Continue Reading
Comments

Energy News

Strength of IEA-ASEAN energy cooperation highlighted at Ministerial meeting

Published

on

IEA Executive Director Fatih Birol spoke today to Energy Ministers from across Southeast Asia about the latest global and regional energy trends, pathways to net zero emissions and the importance of clean energy investment.

He was participating in the seventh annual dialogue between the IEA and Ministers from the Association of Southeast Asian Nations (ASEAN) – the economic bloc comprised of 10 Southeast Asian economies. The meeting was hosted via video link by Brunei Darussalam, which is chairing ASEAN’s 39th annual Ministers on Energy Meeting (AMEM). 

“The IEA remains firmly committed to assisting ASEAN and its member states in developing pathways towards net zero that respect their capacities and capabilities,” Dr Birol told the Ministers. “One of the key messages from the IEA’s Roadmap to Net Zero by 2050 Roadmap is that not all countries are starting the race to net zero from the same place. I have and will continue to underscore the importance of ensuring that a greater share of global clean energy investment is directed towards the emerging and developing economies including in Southeast Asia to unlock new economic growth possibilities and emissions reductions.’’

This year’s ministerial marks the tenth anniversary of IEA-ASEAN energy cooperation, which was established with a Memorandum of Understanding at the 2011 AMEM in Brunei’s capital, Bandar Seri Begawan. The Ministers and Dr Birol welcomed the adoption of a Commemorative Statement on IEA-ASEAN Energy Cooperation. 

The IEA has significantly scaled up its work with ASEAN and its Member States over the past six years. Indonesia and Thailand became IEA Association Countries in 2015, and Singapore did so the following year. In 2019, under Thailand’s Chairmanship, the IEA was named a Strategic Partner of ASEAN.

The IEA is committed to continue working with ASEAN and its Member States on key energy priorities, including energy security, energy efficiency, clean energy, energy investments and decarbonisation. 

“On this, the tenth anniversary of our collaboration, the IEA is more determined than ever to continue to work hand in hand with our partners in the region to help achieve your energy goals,’’ Dr Birol said. “I very much look forward to the next ten years.”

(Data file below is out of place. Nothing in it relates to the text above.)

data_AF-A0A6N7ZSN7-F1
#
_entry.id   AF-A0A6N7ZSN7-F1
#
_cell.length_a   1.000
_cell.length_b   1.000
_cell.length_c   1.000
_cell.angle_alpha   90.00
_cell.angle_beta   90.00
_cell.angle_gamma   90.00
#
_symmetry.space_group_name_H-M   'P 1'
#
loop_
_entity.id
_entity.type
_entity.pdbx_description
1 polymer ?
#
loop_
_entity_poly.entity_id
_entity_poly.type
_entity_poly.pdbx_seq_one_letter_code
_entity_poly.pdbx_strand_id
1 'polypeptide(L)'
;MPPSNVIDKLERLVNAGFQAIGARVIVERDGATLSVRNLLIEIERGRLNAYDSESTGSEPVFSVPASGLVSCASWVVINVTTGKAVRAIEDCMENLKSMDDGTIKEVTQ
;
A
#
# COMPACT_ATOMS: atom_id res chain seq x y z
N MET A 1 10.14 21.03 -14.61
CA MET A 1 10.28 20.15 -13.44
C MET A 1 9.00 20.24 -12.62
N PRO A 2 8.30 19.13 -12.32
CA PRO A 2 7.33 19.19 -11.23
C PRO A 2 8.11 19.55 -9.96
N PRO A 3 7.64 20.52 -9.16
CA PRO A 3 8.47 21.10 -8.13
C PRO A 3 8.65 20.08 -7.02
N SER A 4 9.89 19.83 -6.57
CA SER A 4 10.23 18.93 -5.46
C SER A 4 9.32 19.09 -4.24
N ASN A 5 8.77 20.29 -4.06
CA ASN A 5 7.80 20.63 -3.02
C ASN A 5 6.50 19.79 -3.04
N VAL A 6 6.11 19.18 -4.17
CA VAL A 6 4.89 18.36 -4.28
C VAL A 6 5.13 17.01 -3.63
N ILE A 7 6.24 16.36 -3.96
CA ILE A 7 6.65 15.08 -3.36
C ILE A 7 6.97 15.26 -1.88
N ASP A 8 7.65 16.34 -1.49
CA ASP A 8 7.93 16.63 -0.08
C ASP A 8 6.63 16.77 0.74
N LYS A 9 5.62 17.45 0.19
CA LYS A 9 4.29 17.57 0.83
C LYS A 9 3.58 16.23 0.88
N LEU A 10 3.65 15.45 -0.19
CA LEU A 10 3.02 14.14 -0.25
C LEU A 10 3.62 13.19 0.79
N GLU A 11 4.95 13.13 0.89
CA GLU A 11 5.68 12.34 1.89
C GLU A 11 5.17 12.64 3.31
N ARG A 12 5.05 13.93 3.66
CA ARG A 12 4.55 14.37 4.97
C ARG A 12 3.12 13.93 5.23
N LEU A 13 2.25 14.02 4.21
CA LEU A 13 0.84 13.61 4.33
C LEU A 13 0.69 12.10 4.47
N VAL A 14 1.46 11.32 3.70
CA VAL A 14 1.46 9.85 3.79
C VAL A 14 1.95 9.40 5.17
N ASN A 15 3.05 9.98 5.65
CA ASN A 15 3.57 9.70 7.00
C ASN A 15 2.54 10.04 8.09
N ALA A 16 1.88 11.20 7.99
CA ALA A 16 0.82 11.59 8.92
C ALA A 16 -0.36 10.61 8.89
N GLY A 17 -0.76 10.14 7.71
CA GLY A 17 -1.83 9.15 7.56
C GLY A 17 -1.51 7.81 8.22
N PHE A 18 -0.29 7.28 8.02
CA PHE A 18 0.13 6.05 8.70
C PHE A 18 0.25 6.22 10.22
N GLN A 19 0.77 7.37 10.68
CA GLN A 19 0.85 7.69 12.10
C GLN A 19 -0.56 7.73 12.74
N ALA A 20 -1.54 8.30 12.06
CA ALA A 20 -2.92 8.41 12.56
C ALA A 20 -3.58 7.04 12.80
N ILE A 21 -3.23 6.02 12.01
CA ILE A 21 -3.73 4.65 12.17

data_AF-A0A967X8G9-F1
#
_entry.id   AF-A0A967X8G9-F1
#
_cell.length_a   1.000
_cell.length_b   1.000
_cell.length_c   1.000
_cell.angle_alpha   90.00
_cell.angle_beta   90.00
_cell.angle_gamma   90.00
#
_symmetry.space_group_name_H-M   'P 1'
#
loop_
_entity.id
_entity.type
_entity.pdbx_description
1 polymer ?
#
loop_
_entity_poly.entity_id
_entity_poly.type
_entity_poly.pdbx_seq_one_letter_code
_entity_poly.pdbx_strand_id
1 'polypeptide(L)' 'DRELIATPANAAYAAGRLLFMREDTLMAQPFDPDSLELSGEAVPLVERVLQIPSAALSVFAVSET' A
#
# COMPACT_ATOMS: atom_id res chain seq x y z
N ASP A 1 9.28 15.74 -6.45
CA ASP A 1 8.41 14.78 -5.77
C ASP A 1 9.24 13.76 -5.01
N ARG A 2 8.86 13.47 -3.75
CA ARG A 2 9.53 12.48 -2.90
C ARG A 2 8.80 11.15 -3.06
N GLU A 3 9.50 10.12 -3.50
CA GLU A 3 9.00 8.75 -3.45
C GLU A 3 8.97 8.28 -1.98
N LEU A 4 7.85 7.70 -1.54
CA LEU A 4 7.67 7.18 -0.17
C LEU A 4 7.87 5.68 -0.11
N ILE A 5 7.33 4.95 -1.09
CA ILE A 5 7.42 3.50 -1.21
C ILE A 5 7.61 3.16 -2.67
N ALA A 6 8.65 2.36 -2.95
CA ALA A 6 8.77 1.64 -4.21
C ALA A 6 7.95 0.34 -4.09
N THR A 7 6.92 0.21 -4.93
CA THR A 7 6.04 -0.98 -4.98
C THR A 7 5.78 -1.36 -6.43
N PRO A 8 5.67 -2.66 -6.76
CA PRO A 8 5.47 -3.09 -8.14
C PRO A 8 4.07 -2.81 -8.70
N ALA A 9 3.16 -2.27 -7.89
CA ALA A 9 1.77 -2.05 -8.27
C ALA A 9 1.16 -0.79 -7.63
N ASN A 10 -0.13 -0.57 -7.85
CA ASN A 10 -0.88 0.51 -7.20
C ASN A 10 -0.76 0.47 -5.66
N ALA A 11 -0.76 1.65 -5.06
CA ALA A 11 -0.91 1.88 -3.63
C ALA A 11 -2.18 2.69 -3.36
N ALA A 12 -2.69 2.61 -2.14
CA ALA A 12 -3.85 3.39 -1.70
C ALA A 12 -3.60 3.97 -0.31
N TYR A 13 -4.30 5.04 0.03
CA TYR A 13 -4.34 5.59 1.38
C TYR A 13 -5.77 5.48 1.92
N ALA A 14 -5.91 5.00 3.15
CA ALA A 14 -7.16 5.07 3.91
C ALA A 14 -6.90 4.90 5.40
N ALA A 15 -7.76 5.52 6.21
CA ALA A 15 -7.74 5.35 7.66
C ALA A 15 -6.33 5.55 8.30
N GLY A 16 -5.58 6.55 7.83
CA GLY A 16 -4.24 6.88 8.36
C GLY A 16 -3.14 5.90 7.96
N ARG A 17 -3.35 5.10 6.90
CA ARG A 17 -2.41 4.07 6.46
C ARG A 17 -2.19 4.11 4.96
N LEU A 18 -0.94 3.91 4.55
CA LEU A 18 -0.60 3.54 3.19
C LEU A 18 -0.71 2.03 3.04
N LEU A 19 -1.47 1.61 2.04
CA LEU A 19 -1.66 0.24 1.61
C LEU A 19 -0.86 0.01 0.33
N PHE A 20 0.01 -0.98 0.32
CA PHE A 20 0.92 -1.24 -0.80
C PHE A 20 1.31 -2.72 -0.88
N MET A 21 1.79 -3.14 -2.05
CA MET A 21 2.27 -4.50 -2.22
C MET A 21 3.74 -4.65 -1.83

The ASEAN Chair in 2022 will be held by Cambodia.

Continue Reading

Energy News

Indonesia’s First Pumped Storage Hydropower Plant to Support Energy Transition

Published

on

The World Bank’s Board of Executive Directors today approved a US$380 million loan to develop Indonesia’s first pumped storage hydropower plant, aiming to improve power generation capacity during peak demand, while supporting the country’s energy transition and decarbonization goals.

“The Indonesian government is committed to reduce greenhouse gas emissions through, among others,  development of renewable energy, energy conservation, and use of clean energy technology. Emission reduction in the energy sector will be driven by new and renewable energy generation and application of energy efficiency,” said Arifin Tasrif, Minister of Energy and Mineral Resources of the Republic of Indonesia.

Over 80 percent of the power generated for the Java-Bali grid, which supplies electricity to 70 percent of the country’s population, comes from fossil fuels. A key measure to support Indonesia’s decarbonization agenda is the development of energy storage to enable integration of renewable energy into the grid. Pumped storage hydropower plays a crucial role in this approach.

The financing will support the construction of the Upper Cisokan pumped storage hydropower plant, to be located between Jakarta and Bandung, with an expected capacity of 1,040 MW. The facility will have significant power generation capacity to meet peak demand, provide significant storage capacity to enable a larger penetration of renewable energies and, because of its close location to two large demand centers, will alleviate increasing transmission loads on the grid. As a result, a more environmentally friendly and reliable supply of electricity will benefit consumers in Java and Bali.

“We are excited about this project as it will be the first of its kind for Indonesia. It represents a turning point for Indonesia’s decarbonization pathway. The World Bank will continue to support Indonesia in its efforts to achieve resilient, sustainable, and inclusive development that will benefit the people of Indonesia now and in the future,” said Satu Kahkonen, World Bank Country Director for Indonesia and Timor-Leste.